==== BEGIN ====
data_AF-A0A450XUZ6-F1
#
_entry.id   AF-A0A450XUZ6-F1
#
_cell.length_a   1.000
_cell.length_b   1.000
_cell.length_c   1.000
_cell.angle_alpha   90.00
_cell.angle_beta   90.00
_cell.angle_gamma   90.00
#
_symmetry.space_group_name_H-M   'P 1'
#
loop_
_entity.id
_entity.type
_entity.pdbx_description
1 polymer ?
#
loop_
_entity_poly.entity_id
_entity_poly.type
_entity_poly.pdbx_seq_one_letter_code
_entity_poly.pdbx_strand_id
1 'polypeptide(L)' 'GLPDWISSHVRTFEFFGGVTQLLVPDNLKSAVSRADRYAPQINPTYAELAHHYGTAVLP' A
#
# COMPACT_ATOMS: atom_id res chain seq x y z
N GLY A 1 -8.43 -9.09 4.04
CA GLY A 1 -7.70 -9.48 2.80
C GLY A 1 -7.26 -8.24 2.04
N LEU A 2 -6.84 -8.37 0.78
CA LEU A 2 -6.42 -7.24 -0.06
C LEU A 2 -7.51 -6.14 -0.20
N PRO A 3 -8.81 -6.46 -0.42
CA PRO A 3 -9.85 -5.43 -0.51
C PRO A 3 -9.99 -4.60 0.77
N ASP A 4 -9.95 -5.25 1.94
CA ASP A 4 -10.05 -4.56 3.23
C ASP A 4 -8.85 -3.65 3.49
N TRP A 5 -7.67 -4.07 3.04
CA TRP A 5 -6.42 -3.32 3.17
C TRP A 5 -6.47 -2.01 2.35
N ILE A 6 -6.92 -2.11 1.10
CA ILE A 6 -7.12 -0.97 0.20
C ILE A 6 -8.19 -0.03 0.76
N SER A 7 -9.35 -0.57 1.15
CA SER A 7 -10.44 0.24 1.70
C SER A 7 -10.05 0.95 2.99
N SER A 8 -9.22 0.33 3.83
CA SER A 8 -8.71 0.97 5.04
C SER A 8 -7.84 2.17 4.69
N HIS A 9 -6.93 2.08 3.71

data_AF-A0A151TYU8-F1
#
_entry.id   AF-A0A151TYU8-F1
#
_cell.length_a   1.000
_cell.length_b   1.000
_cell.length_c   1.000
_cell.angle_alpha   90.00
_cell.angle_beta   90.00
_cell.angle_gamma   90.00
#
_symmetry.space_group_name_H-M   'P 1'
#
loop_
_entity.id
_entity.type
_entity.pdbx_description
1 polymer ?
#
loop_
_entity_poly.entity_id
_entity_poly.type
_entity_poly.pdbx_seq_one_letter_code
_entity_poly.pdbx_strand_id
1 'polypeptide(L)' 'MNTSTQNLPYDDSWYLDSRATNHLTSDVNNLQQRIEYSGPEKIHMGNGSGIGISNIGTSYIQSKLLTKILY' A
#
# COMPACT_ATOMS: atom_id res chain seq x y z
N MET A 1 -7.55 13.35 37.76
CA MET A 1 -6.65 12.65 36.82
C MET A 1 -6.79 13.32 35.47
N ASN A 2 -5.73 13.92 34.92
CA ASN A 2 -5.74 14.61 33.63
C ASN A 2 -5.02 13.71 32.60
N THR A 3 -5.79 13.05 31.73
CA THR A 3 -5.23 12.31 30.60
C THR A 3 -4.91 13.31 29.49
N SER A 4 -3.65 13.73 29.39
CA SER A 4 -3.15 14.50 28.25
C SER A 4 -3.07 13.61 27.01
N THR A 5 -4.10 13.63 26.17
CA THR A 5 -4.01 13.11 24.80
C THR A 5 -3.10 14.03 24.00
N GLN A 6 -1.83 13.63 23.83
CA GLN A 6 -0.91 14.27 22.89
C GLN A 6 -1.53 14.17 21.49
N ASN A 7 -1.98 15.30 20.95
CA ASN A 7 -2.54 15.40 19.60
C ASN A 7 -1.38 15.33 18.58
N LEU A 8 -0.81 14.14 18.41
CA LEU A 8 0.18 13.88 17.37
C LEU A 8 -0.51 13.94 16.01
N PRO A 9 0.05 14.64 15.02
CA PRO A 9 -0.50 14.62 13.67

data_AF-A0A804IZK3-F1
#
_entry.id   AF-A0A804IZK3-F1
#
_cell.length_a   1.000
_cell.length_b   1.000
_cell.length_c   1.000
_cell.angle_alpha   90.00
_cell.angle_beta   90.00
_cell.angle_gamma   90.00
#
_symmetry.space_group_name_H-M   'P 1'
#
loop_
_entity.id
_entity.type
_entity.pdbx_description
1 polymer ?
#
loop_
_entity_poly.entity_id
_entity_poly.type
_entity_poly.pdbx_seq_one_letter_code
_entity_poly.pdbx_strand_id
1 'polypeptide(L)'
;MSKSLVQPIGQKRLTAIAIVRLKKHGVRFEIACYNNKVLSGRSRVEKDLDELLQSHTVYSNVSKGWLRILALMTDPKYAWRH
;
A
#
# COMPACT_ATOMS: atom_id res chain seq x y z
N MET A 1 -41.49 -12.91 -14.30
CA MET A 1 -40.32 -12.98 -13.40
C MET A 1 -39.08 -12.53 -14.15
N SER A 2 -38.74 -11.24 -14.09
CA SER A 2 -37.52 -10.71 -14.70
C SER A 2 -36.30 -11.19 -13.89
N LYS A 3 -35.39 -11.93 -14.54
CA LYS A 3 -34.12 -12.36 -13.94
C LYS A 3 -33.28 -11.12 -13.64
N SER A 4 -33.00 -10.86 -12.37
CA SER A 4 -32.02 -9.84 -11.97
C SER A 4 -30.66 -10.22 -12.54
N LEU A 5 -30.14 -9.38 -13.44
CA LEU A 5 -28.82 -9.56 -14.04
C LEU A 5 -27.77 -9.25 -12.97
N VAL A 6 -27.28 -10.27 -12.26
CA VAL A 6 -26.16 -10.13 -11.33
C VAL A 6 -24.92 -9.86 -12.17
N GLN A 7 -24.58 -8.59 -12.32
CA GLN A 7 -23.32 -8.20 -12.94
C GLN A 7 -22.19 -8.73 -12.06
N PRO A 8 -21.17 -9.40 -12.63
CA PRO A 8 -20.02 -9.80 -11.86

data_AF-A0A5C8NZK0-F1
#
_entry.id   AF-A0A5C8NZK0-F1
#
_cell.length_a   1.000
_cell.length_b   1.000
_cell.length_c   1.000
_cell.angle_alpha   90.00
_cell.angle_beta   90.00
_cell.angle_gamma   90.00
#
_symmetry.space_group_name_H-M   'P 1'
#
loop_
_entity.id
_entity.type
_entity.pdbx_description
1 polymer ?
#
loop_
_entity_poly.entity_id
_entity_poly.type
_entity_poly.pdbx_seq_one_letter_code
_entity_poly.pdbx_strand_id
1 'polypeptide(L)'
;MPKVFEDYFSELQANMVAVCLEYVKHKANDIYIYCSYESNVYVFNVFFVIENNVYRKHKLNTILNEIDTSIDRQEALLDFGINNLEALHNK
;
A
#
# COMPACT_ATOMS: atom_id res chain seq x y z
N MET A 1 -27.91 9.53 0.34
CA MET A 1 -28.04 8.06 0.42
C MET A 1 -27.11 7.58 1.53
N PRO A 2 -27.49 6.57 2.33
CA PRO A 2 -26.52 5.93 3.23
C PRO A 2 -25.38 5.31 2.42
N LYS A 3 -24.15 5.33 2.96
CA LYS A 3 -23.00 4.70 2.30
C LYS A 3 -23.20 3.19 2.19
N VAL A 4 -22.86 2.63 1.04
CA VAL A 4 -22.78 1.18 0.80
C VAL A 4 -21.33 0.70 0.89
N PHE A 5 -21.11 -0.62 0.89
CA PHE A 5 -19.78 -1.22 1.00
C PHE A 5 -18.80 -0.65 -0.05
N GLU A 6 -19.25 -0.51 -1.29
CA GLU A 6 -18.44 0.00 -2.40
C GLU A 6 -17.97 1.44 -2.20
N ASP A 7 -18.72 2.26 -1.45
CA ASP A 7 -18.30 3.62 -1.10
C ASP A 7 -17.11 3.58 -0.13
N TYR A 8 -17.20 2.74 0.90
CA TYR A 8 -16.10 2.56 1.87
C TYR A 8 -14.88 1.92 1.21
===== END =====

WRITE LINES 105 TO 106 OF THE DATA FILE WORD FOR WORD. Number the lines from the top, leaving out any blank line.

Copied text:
CA PRO A 9 -0.50 14.62 13.67

data_AF-A0A804IZK3-F1